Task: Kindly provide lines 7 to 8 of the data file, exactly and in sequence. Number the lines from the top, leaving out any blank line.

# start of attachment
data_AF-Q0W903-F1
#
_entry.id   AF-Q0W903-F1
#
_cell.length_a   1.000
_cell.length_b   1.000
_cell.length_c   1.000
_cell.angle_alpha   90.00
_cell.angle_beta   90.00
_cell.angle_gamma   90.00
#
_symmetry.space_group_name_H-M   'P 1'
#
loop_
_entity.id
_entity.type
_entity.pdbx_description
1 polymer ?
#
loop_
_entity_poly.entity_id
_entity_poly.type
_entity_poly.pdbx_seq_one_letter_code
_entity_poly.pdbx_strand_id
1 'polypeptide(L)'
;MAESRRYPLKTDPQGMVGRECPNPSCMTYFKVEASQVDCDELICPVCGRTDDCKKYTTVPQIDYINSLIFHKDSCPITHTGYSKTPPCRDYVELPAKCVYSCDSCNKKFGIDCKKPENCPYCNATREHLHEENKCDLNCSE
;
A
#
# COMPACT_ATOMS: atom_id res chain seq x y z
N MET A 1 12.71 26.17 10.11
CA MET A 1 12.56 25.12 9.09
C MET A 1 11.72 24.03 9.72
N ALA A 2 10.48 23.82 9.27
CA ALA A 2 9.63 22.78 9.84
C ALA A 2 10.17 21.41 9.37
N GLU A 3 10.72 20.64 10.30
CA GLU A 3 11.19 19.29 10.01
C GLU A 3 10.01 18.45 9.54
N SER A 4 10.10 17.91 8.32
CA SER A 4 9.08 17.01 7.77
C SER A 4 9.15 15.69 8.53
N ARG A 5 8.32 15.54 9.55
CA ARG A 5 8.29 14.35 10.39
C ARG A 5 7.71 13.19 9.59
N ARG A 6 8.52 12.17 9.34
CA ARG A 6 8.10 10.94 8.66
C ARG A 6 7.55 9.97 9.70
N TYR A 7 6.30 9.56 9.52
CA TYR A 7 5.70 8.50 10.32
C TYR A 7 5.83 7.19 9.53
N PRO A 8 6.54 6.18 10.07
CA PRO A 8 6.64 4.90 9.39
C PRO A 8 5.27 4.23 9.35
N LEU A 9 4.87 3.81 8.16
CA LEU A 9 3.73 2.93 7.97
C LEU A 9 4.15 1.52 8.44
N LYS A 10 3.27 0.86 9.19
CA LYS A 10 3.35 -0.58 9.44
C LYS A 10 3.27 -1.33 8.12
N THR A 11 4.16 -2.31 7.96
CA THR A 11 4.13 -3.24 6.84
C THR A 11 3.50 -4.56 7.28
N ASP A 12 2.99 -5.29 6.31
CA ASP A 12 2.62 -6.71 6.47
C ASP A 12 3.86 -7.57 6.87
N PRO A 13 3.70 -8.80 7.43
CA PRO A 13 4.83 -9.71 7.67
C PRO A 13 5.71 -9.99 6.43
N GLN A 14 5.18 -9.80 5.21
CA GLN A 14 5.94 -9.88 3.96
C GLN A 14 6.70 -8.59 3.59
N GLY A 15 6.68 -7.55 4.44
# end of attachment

_cell.length_c   1.000
_cell.angle_alpha   90.00